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Baldomero Espartero, duque de la Victoria, conde de Luchana

Espartero, Baldomero, duque de la Victoria, conde de Luchana (bäldōmāˈrō āspärtāˈrō dōˈkā dā lä vēktōˈrēä kōnˈdā dā lōchäˈnä) [key], 1793–1879, Spanish general and statesman. He fought against the French in the Peninsular War (1808–14) and later against the revolutionists in South America. After Ferdinand VII's death (1833), he supported Isabella II against the Carlists and won important victories in the Carlist War of 1834–39. His agreement at Vergara (1839) with the Carlist general Rafael Maroto virtually ended the war, and he was rewarded (1840) with the title duque de la Victoria [duke of victory]. A member of the Progressive party in the Cortes from 1837, Espartero played an important political role. His opposition to the queen regent, Maria Christina, helped force her to leave (1840) the country. In 1841, Espartero was made regent by the Cortes and became virtual dictator. His ruthless suppression of opposition—notably at Barcelona—soon made him highly unpopular. In 1843 a general uprising drove him from office, and he fled to England. He returned (1848) to Spain but lived in retirement until 1854, when Isabella, whose throne was threatened by a revolt led by Gen. Leopoldo O'Donnell, recalled him to power. O'Donnell, who became his war minister, displaced him in 1856. Espartero later supported King Amadeus, then adhered to the republic, but he recognized Alfonso XII upon his accession in 1875.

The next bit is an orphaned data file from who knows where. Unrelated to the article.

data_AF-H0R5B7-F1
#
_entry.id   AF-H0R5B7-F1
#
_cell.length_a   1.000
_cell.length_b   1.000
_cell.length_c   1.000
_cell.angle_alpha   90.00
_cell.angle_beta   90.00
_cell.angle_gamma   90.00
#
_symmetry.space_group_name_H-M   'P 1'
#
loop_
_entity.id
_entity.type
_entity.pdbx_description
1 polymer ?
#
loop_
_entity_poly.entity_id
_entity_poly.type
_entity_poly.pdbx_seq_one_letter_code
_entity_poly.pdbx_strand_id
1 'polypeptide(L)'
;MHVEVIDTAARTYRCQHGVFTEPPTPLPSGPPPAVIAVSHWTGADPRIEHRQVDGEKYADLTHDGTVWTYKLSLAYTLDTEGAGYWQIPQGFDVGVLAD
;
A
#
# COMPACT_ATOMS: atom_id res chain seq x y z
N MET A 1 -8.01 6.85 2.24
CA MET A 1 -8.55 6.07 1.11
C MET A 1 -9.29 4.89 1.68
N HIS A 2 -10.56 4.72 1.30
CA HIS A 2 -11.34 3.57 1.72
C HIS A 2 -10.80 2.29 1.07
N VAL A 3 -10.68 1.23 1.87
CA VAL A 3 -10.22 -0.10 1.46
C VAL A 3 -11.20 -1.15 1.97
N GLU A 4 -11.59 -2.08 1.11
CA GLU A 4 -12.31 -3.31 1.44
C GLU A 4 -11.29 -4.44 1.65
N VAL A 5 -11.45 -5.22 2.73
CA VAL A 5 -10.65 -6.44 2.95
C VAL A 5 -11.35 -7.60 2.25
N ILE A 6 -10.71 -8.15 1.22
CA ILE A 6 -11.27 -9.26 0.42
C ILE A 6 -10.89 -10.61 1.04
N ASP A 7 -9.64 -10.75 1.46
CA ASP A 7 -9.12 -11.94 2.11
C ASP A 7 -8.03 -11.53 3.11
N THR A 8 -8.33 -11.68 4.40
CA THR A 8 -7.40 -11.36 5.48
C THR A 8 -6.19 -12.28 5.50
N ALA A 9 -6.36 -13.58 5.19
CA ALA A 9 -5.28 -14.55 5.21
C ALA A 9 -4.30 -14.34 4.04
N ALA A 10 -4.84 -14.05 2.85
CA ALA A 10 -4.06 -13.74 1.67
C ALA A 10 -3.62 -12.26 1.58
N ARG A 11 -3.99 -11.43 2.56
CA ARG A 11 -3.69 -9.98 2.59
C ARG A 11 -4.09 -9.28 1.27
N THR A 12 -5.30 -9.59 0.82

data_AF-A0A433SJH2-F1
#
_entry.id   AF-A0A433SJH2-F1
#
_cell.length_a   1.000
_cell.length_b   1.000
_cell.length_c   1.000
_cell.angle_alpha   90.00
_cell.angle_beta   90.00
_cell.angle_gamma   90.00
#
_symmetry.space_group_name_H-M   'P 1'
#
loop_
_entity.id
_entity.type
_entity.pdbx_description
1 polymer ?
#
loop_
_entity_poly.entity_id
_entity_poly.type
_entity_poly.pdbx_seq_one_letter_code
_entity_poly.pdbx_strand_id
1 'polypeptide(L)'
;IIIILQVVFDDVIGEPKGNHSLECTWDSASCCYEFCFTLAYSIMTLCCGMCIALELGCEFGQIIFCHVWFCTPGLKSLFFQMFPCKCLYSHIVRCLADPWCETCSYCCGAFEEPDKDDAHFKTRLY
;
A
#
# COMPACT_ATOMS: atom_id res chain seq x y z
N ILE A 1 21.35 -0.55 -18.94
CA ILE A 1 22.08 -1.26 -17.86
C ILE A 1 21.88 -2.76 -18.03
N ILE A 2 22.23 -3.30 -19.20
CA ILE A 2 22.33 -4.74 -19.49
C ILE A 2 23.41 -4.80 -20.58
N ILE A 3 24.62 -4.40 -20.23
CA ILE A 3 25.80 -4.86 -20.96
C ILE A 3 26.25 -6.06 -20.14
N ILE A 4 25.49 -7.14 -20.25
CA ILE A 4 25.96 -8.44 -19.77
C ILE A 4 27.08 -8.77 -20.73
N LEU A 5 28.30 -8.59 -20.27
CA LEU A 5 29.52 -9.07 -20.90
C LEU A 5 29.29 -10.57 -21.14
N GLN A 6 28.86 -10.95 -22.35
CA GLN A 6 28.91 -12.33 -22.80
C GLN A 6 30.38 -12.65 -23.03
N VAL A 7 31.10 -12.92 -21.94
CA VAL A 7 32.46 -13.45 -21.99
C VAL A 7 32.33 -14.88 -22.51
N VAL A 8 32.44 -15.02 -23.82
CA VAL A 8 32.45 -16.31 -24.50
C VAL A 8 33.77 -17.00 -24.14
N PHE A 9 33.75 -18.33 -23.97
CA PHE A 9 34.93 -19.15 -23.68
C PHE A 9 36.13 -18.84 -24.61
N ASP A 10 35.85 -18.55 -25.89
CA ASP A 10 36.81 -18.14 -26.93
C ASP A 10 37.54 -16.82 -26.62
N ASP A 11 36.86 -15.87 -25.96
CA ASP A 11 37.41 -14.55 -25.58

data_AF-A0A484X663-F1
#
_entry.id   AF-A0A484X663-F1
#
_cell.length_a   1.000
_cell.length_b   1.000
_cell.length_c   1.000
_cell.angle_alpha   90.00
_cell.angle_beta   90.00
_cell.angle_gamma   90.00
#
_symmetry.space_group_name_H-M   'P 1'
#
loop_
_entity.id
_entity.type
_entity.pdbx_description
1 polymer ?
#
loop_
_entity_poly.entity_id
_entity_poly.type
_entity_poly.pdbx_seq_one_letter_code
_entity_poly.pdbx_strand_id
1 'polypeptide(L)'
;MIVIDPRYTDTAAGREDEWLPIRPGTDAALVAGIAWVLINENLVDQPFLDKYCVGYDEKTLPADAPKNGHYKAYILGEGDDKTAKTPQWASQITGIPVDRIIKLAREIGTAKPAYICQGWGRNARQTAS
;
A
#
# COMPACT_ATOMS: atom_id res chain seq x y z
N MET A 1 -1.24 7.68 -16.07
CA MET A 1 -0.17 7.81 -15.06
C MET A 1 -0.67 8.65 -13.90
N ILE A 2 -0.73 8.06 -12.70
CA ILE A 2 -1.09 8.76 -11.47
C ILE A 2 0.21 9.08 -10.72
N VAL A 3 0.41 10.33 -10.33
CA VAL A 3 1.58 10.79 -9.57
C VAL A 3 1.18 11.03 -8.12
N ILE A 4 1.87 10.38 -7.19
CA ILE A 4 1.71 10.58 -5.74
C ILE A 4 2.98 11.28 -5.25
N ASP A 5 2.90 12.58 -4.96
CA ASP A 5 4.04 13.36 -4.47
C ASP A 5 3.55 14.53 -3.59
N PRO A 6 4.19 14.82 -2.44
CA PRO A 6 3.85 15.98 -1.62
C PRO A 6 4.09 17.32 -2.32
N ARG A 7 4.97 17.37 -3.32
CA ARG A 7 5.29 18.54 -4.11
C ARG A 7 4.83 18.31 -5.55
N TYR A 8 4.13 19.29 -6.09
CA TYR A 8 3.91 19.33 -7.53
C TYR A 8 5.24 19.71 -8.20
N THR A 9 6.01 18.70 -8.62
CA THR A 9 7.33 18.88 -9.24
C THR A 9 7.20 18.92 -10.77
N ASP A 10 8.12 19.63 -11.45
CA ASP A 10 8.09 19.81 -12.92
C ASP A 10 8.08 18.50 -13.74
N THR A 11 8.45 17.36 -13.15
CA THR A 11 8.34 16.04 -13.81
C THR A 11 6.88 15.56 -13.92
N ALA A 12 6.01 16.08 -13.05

The Columbia Electronic Encyclopedia, 6th ed. Copyright © 2012, Columbia University Press. All rights reserved.

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